We will briefly review the main type (iii) theories and the problems with them in Sect. 1, set out a new theory in Sect. 2, give some examples in Sect. 3 and consider some objections in Sect. 4.

1 Section one

What in general can be said about the meaning of the sentences of D and of normal utterances of those sentences? The leading options are set out in the following table:

Do the sentences have truth-apt content?





1. Expressivism

Do the sentences have truth-conditions that depend on the existence or instantiation of metaphysically contentious properties or facts?





2a. Reductionism


2b. Subjectivism


2c. Minimalism

Do utterances of indicative sentences of D express belief in the content of those utterances?





3. Hermeneutic fictionalism

Are the sentences of D systematically untrue?





Metaphysical realism

Revolutionary fictionalism

We will be ignoring the last row of options as they are responses of type (i) and (ii). The rest are well-known varieties of response (iii): attempts at non-revisionary theories that do not interpret normal utterances of the target discourse as expressing belief in its apparent subject matter. In the remainder of this section we will provide sketches of these theories and some of the most forceful objections to them.6
  1. 1.

    Expressivist theses involve a negative and positive component. First, sentences of the discourse lack truth-apt content,7 despite their formal similarity with ordinary, descriptive sentences. Second, in uttering D-sentences, speakers express their non-cognitive attitudes.

  2. 2.

    Theories in the second row maintain that sentences/utterances of the discourse do not—despite appearances—have metaphysicaltruth-conditions (which we will use as shorthand for truth-conditions that posit metaphysically contentious properties or facts). (a) Reductionists propose that the truth-conditions of sentences and utterances in D can be given in a distinct, metaphysically respectable discourse. (b) Subjectivism is a special case of reductionism according to which the truth-conditions of D-sentences are determined by the mental states of the speaker (or of some class of people). (c) According to minimalists, if the sentences of the discourse seem to have metaphysical truth-conditions that we have reason to think systematically fail to obtain, that is a reason for thinking that we are attributing too robust an analysis of truth to that discourse. Crispin Wright argues that truth can be more minimally construed in terms of justification within a discourse and—at least in the cases of ethical and mathematical discourses—we can avoid the charge of massive error (Wright 1992).8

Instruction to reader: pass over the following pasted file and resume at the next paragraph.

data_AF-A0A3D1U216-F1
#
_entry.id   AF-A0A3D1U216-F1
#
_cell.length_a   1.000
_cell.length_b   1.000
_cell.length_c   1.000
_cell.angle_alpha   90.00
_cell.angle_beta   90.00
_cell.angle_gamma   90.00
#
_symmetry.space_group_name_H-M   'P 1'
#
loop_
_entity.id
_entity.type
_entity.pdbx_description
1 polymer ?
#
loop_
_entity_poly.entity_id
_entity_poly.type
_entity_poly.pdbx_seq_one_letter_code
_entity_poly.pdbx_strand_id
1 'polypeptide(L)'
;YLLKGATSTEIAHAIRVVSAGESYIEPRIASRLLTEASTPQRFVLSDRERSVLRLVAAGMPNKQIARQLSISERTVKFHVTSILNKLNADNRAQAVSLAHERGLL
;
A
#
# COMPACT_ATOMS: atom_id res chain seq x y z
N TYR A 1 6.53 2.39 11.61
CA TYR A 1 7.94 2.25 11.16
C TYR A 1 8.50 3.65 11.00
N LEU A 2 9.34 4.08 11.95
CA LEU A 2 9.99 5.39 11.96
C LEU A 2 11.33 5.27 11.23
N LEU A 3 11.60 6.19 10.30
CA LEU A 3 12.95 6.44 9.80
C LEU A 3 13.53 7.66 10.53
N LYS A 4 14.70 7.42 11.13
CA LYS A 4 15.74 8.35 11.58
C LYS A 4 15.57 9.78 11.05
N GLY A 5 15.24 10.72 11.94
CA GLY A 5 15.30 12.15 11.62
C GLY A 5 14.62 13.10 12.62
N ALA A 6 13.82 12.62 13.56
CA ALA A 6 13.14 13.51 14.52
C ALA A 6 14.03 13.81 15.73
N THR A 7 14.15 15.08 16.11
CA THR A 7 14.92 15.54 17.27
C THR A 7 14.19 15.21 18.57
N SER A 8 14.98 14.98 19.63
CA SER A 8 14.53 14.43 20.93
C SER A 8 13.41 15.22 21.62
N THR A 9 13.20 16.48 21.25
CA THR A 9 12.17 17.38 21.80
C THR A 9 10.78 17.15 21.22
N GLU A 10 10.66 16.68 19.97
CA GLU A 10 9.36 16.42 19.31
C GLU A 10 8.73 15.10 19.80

3. 3.
    According to hermeneutic fictionalists, sentences in D have metaphysical truth-conditions; however, speakers do not use sentences of D to convey their semantic content but to perform some other speech act. The following two types of hermeneutic fictionalism have been defended:
    1. (a)

      In uttering sentences of D, speakers express noncognitive attitudes. Kalderon (2005) argues that while moral realists are correct about the meaning of moral sentences, expressivists are right about the way they are used. We will call this type of position expressivist fictionalism.

    2. (b)

      Utterances of indicative D sentences are truth-apt but quasi-assertoric. A quasi-assertion is a speech act with the outward appearance of assertion where the speaker does not endorse the uttered sentence but presents it as adhering to some norm other than truth. In Yablo’s (2000, p. 214) mathematical fictionalism, abstract objects function as props that facilitate description, but speakers do not, in availing themselves of these props, incur commitments to them. This is accounted for by construing abstract objects as playing a metaphorical role: “Rather as ‘smarts’ are conjured up as metaphorical carriers of intelligence, ‘numbers’ are conjured up as metaphorical measures of cardinality”. We will call this type of position figurative fictionalism.